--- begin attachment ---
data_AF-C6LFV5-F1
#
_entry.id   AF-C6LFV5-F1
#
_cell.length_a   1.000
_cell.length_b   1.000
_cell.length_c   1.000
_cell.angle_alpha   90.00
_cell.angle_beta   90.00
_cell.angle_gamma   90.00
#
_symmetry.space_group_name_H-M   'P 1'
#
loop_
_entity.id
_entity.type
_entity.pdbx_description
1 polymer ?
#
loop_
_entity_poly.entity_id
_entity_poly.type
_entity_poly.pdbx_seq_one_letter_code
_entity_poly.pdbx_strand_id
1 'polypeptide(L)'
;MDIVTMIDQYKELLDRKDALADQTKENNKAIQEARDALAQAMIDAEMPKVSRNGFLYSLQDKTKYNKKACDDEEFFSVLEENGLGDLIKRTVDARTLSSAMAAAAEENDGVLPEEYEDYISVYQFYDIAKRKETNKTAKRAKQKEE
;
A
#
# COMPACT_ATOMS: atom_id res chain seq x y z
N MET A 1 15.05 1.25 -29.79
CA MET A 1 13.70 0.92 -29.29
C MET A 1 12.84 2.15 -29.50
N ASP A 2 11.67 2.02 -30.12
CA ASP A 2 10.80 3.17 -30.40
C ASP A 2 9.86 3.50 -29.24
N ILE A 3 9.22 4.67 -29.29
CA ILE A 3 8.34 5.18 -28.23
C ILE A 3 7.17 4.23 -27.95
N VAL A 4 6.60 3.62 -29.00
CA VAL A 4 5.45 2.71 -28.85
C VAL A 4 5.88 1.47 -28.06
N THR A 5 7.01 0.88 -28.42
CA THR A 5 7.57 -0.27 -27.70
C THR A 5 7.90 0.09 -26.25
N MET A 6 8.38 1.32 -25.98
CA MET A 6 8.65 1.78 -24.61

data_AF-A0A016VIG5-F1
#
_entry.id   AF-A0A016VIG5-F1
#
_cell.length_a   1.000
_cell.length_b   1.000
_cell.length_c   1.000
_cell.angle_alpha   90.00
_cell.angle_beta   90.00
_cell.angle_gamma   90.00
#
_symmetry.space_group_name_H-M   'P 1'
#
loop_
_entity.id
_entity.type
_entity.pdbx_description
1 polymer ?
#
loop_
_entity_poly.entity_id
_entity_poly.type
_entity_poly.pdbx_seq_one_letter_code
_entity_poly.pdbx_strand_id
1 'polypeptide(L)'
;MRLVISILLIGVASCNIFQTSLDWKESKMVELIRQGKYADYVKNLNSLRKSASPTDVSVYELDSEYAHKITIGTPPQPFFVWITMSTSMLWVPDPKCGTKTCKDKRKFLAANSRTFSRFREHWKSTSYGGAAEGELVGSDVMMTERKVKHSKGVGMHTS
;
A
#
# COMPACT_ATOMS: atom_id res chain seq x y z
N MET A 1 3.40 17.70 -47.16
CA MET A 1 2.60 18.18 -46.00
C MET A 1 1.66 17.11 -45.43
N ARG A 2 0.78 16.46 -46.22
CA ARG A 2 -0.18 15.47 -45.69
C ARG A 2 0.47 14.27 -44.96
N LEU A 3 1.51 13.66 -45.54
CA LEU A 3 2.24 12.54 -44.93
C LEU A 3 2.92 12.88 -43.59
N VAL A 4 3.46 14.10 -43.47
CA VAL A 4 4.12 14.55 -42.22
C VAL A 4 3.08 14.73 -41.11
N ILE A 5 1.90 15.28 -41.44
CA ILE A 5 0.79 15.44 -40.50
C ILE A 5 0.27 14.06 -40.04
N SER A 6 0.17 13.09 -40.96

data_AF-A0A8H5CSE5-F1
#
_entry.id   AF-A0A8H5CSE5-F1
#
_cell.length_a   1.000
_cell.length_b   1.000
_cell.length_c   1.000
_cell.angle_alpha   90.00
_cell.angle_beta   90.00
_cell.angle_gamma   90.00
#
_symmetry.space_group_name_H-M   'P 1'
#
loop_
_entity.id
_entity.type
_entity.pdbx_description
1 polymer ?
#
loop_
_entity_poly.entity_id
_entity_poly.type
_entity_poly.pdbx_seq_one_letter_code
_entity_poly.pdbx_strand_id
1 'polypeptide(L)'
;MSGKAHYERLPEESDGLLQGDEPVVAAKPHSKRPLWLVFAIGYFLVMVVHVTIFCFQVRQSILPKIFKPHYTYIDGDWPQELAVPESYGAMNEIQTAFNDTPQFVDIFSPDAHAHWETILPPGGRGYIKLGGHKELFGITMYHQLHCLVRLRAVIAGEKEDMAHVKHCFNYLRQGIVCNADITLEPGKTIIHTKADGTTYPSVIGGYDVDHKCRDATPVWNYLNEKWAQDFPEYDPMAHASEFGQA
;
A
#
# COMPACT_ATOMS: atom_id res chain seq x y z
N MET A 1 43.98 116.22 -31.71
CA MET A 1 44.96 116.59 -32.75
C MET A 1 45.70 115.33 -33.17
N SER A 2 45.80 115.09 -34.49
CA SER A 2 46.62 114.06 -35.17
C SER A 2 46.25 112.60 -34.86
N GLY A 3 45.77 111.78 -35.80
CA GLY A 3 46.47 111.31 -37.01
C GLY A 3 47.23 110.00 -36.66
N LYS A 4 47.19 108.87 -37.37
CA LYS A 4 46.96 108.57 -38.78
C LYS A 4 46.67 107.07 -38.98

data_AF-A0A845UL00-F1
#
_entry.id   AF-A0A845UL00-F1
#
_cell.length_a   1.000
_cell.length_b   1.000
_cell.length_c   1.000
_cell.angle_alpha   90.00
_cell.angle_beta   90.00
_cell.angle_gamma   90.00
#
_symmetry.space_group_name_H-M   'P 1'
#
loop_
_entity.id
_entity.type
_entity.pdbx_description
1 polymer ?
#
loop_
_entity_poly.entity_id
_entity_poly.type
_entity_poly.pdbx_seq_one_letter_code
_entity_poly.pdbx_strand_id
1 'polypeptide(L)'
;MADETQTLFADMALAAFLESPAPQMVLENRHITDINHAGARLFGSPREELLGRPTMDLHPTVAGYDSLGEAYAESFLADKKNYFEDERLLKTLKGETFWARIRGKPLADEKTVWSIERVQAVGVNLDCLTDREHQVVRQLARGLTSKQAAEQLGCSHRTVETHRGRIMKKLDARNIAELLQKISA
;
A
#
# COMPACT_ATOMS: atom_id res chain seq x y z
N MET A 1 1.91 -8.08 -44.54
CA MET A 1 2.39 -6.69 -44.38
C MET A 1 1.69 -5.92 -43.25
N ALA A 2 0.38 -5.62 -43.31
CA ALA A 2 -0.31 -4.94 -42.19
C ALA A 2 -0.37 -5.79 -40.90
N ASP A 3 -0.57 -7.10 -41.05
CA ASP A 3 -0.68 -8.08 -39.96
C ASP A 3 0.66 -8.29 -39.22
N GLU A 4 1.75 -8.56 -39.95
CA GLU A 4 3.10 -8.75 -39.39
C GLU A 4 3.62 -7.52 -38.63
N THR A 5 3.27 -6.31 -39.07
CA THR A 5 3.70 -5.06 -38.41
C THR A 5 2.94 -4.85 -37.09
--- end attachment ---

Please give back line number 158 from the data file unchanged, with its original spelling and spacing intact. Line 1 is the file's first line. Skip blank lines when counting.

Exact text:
_entity_poly.pdbx_seq_one_letter_code